It took joining a website’s free article service in German to find this one, but Moritz Seider spoke with Mannheim Morgen today to discuss his draft and development camp experiences, and here’s his conversation with Jan Kotulla, roughly translated from German:
Moritz Seider: “I only hoped that I wouldn’t trip”
Mortiz Seider will never forget the moment whe nhe received his Red Wings jersey from Detroit general manager Steve Yzerman at the draft.
Mannheim. On Monday, Moritz Seider returned from Detroit and is back in Mannheim–and what is the 18-year-old hockey whiz kid going to do? He’s planning on spending his summer training on the ice. This past weekend was one highlight after another for the defenseman of Adler Mannheim.
The moment when he was drafted 6th overall in the draft, the junior sitting for an evening waiting to join the North American professional league, the NHL, with the Detroit Red Wings, all of that is burned into Seider’s memory. “There are a few words left out,” Seider explains in a conversation with this newspaper. “I don’t know how to describe it that way. Actually, you just hope that on the way to the stage, you don’t trip, because you’re already so excited,” he says as he looks back upon the decisive evening in Vancouver, Canada.
The atmosphere in Rogers Arena was unique. “You have your own seat with your name tag on it, which is really only for you. Then you just wait. You’re full of anticipation, and it was a great feeling to finally be able to put on the jersey,” he explains.
Next steps toward the dream
Detroit’s general manager, Steve Yzerman, had personally watched the “Best Young Defenseman of the Deutsche Eishockey Liga” during the season, and he praised him in the highest regard: “When I saw him for the first time, I was surprised. I expected a young guy in Germany, not this hockey IQ. ” Seider’s teammates and Adler coaches had repeatedly emphasized his level of understanding of the game.
And Seider showed it during a five-day training camp for the top talents of the Detroit Red Wings. “The development camp was a great experience. I met a lot of new people there,” says the defenseman. “And there were topics like, ‘How do I claim the puck?’ How to deal with puckhandling a little bit better? But there were also many presentations,” says the DEL champion, describing his impressions and adding: “It was about what is required of a professional hockey player. Also, that you have to give your body a bit of rest.”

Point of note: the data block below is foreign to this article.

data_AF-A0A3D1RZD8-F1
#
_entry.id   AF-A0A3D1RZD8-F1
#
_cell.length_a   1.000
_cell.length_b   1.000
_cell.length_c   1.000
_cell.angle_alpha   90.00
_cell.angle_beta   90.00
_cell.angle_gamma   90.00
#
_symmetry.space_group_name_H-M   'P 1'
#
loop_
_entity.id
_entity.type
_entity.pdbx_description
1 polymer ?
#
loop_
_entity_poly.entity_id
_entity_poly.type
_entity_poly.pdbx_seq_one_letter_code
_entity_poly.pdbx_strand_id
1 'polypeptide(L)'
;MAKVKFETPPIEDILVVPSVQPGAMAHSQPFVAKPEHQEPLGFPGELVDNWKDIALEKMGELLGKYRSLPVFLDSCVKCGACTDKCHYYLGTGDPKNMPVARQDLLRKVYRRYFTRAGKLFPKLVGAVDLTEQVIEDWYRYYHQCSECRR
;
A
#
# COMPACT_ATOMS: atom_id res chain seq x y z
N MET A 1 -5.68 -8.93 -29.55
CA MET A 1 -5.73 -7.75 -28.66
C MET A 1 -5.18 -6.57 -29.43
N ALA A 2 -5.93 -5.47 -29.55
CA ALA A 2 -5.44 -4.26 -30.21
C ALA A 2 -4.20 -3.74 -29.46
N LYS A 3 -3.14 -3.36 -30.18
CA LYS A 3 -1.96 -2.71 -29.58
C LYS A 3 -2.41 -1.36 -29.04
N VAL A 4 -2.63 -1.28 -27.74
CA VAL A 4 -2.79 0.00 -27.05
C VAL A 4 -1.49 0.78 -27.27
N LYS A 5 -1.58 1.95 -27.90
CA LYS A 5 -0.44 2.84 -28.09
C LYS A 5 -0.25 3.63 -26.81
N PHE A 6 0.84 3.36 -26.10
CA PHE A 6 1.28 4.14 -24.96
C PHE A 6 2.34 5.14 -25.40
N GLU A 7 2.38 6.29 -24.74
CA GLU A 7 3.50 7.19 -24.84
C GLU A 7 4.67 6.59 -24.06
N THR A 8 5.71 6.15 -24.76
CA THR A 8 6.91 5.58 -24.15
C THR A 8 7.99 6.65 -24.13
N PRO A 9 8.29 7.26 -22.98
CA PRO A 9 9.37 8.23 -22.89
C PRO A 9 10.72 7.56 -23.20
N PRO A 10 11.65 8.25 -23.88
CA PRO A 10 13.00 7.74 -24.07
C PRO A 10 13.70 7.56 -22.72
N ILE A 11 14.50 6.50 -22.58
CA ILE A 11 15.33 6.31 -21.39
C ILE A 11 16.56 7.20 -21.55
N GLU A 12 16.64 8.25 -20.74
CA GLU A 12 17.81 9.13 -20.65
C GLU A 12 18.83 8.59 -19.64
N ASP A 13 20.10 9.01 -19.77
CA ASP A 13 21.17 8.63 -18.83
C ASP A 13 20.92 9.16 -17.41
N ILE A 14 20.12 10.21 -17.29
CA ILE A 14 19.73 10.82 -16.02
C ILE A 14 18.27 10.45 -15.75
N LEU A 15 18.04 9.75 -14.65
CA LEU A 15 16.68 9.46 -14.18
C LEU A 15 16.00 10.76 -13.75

How does this fit in with probably the most exciting week of your life, and then immediately following it up with training in Mannheim?
Seider looks relaxed. “You wait for the moment when you have nothing to do for a day or two. You have the weekend off. Since you try to do relaxing things with your friends. You go out or go to the movies together. You can find one another in a phase where you’re relaxing,” he explains.
He makes it clear that one of the top talents in the DEL won’t simply stand out. “I know that this was just a very, very small step toward my dream. Now it’s time to get to work, to accelerate and to see where the journey goes,” Seider says. When asked what he took out of Detroit’s camp, the 18-year-old says, “You have to work hard every day, because there are so many players who want to get the job for themselves.” His life motive is, “There are simply no excuses. You have to prove yourself every day. You have to try every day to get better. If you want to succeed, you have to work hard. I think that will be rewarded in the end.” That’s why Seider is still considering his school career. “Schooling is still an issue. That can be done during the holidays. It’s Plan B,” he says.
But of course ice hockey is in the foreground. “I figure that the next invitation to Detroit will be toward the end of August,” says the defender, who obviously enjoys putting on skates and skating on the ice with his Adler colleagues. “There’s nothing wrong with summer preparations here in my home country. And if you worry about the possible risk of injury, you should just stop playing hockey.” For Seider, that’s unthinkable.